Mardy Fish, Novak Djokovic to meet

KEY BISCAYNE, Fla. -- Mardy Fish talks trash with Andy Roddick about basketball and golf, but not tennis.

The topic of Fish's new ranking will be off limits, he said.

Fish claimed the top U.S. spot for the first time Wednesday by reaching the semifinals of the Sony Ericsson Open when he beat No. 6 seed David Ferrer 7-5, 6-2.

The 29-year-old Fish will climb to at least 11th, a career best, in the next world rankings. Roddick, a good friend since childhood, will fall from eighth to 14th after losing his opening match last week.

"I don't think I would ever feel like I was the No. 1 American," Fish said. "Andy has had a pretty good career. You can put his career on top of mine about six times. He's always going to be the top dog in my generation."

But Fish is the lone American with a shot at the title this weekend. He'll try to continue his best run in 10 appearances at Key Biscayne on Friday against No. 2-seeded Novak Djokovic, who is unbeaten this year.

Djokovic extended his winning streak to 24 consecutive matches by defeating forner University of Illinois star Kevin Anderson 6-4, 6-2. Djokovic won two Davis Cup matches in December, and his 22-0 record in 2011 is the best to begin a year since Ivan Lendl started 25-0 in 1986.

"When you watch him play, it's really not that surprising that he hasn't lost yet, because he's playing so well," Fish said. "He's not going to win every single match this year. Whether it be this week or in July, he's not going to win every one. It's just not possible. So hopefully it can be against me."

As Djokovic closed in on his latest win, he unveiled his version of the Petko Dance -- a celebratory jig introduced by Andrea Petkovic. Petkovic and Djokovic were both born in Serbia.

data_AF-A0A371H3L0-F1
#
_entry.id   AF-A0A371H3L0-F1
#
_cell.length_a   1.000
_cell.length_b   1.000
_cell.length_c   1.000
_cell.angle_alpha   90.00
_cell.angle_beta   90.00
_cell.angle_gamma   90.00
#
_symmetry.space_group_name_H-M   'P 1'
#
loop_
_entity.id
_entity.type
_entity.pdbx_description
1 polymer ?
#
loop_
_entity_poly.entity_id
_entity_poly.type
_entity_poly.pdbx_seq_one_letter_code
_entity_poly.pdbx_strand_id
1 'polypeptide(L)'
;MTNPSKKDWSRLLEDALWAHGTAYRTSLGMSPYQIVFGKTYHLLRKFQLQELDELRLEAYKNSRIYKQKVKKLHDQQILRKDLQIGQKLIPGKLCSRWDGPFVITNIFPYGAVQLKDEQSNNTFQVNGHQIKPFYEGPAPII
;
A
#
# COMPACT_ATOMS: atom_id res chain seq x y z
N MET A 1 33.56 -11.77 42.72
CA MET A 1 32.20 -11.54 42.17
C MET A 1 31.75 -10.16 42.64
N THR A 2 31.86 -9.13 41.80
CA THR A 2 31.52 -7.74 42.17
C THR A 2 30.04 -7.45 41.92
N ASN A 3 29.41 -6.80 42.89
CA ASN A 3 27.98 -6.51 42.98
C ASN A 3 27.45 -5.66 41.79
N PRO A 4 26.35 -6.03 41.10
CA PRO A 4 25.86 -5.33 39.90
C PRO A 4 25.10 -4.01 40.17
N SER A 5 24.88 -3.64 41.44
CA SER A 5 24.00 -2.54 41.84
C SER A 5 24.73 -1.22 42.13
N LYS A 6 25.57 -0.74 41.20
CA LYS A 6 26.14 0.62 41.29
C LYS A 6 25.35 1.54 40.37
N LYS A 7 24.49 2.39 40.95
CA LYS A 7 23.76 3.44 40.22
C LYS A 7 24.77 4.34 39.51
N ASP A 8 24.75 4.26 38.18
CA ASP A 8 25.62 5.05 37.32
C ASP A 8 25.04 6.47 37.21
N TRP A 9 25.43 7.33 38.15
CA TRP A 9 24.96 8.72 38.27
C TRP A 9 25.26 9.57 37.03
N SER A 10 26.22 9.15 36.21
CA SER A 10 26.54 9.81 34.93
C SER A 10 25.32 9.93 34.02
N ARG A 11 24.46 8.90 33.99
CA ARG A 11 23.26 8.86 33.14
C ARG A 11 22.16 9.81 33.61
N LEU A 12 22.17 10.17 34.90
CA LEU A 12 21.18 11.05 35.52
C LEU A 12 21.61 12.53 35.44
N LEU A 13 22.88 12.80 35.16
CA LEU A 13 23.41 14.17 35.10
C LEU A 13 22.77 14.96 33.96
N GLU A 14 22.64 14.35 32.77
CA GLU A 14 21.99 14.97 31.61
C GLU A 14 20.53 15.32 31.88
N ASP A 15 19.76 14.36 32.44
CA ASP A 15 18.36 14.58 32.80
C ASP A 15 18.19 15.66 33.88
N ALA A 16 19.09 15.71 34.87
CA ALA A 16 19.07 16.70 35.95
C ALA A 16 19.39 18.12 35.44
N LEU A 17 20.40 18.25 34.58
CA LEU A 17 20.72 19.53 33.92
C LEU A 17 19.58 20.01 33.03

Fish was braced for an endurance test against Ferrer, a dogged baseliner, but the Spaniard had back-to-back double-faults to lose serve and fall behind 6-5 in the first set, and Fish pulled away from there.

Ferrer, who lost just 12 games in his first three matches, said he was bothered by indigestion.

"A lot of pain in my stomach," he said. "In the second set, I cannot run anymore."

Fish thrived in the role of front-runner, winning the final 15 points on his serve. In the past two matches, he has lost only 11 of 84 points when his first serve was good.

"I've served well over my career," he said. "To be confident enough to not have to press is key."

The afternoon crowd was subdued -- there were no chants of "USA!" -- but Fish's rooting section did include golfer Sergio Garcia of Spain, even though Ferrer is Spanish.

"Sergio and I have known each other for a long time," Fish said. "He's a huge tennis fan. He has a good game -- he's probably the best golfing tennis player. Put golf and tennis together, I think I've got him, though. And you can tell him I said that."

Garcia is expected back on Friday, when Fish will try to improve on a career record of 3-0 in ATP Masters 1000 semifinals. He has never won a title in the series, which ranks just below the Grand Slam level.